The most remarkable thing a marketer can do, in my opinion, is to stay true to their value proposition. One of the reasons Zappos is so successful is that they have a mission — to consistently impress on customer service — and they go after it in all communications and interactions. Your company is composed of real people as are your customers and prospects, so never forget that human element.

    In addition, to bring it back down to email marketing, I think it’s remarkable when marketers don’t take best practices as gospel and continually test everything to find what works for them and their subscribers. In reality, there is no such thing as a best practice that works for everyone; there will always be exceptions. If you’re constantly testing the status quo, that’s impressive to me.

    -Kelly Lorenz

    • Jordie van Rijn
      July 19, 2010 at 4:08 pm

      Again a valuable addition Kelly,

      Just let me play a bit of an advocate of the devil here. It might be remarkable these days to keep true to your brand values, but does that make for a great story at the coffee-machine? How could we spice those tests up a bit to make them more memorable?

      – jordie van Rijn

  • Marc Munier
    July 20, 2010 at 3:26 am

    Testing and focusing on the goals are the two pillars of email marketing simple as that !

    To your post I’d add that marketers need to be more radical – often the a/b test is a few words or one image, that isn’t how you make leaps forward. Being radical is the only way to be remarkable!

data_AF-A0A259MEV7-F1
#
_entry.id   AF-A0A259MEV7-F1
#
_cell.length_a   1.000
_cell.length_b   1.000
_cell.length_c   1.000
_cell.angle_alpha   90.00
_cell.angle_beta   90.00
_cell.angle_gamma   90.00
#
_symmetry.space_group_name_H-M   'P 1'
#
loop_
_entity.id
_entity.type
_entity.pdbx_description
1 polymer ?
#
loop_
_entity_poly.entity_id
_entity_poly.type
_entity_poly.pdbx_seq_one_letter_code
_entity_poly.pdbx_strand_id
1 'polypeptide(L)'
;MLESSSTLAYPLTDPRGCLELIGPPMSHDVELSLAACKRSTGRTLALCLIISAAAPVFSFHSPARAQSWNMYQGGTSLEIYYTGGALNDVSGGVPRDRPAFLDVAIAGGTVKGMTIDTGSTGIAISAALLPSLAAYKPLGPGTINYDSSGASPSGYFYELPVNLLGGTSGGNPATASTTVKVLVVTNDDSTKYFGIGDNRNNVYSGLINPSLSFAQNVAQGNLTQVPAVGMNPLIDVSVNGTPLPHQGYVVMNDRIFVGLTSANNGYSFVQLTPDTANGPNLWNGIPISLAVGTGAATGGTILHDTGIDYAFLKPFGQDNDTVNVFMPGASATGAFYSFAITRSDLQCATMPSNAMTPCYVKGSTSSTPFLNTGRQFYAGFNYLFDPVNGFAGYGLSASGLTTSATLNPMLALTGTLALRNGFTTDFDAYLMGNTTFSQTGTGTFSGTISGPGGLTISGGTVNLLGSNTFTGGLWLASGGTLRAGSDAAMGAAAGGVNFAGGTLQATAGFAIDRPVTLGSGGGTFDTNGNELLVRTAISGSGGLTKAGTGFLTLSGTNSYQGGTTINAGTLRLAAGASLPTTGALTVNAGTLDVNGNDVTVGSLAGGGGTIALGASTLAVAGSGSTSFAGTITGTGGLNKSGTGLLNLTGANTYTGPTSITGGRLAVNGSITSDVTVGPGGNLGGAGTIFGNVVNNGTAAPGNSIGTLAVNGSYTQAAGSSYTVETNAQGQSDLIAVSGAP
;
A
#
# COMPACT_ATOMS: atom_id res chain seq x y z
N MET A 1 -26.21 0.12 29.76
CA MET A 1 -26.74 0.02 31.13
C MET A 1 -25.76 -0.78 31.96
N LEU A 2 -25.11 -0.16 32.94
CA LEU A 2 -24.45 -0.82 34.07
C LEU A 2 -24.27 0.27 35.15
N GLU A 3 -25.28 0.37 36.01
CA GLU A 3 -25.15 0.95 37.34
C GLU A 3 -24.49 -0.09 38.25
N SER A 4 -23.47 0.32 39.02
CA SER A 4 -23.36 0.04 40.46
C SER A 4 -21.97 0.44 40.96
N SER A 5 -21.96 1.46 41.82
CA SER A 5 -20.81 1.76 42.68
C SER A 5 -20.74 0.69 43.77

Marc

  • Chief eMail Officer
    July 21, 2010 at 12:41 pm

    Hey Jordie…

    We are always thinking testing. We continually test subject lines and content against profile data. Newbees, Ninjas and ESP are all easy segments to test against.

    One of our successful tests has been our subscription form to our newsletter. We offered a chance to win $100 Ninja dollars to use at one of our Ninjas against a $25 Amazon gift card. The gift card although less money won out by a landslide.

    We will publish these results shortly so you can see how we did itt.

    Let me know what you think we should be testing with our audience and we will give it a try and share the results.

    Until them…we strive to make it and keep it remarkable.

    Jeff

    • Jordie van Rijn
      July 22, 2010 at 6:37 am

      That is a great test Jeff,

      The thing here is that although the value of the Ninja dollars might be more (100 vs 25). It is less targeted to the person (and probably more to a company, which has more Ninja spending). Making the Ninja dollars a bit more difficult and less easy to cash.

      There are some variables that determine the perceived value of an promotion. Including alternatives, ease of use and time until use.

      Maybe next time not testing the offer, but the presentation, graphics and copy!

  • Chris Donald
    July 21, 2010 at 1:04 pm

    Jordie,

    Great post! Testing tends to be overlooked by many email marketers and thinking outside the box while testing can provide interesting results.

    Cheers, Chris

  • Raquel Hirsch
    July 21, 2010 at 1:10 pm

    Very good post, Jordie!

    In our experience testing for landing page conversion optimization, to make it a *remarkable optimization* (ie., get breakthrough results) you need to start with remarkable hypotheses.

    To accomplish that we developed a model called LIFT (Landing page Influence Function for Tests) and it is how we at WiderFunnel create hypotheses worth testing. Hwere is a link to the details – probably very useful for email as well: http://bit.ly/ZLFAF

  • Filip Henryk
    January 15, 2012 at 8:53 am

    Well actually there are countless ways to run testing, but not all of them are worthy of chatter around the water cooler. One suggestion I thought of quickly was to set up link tracking, but not only for products, thanks for sharing.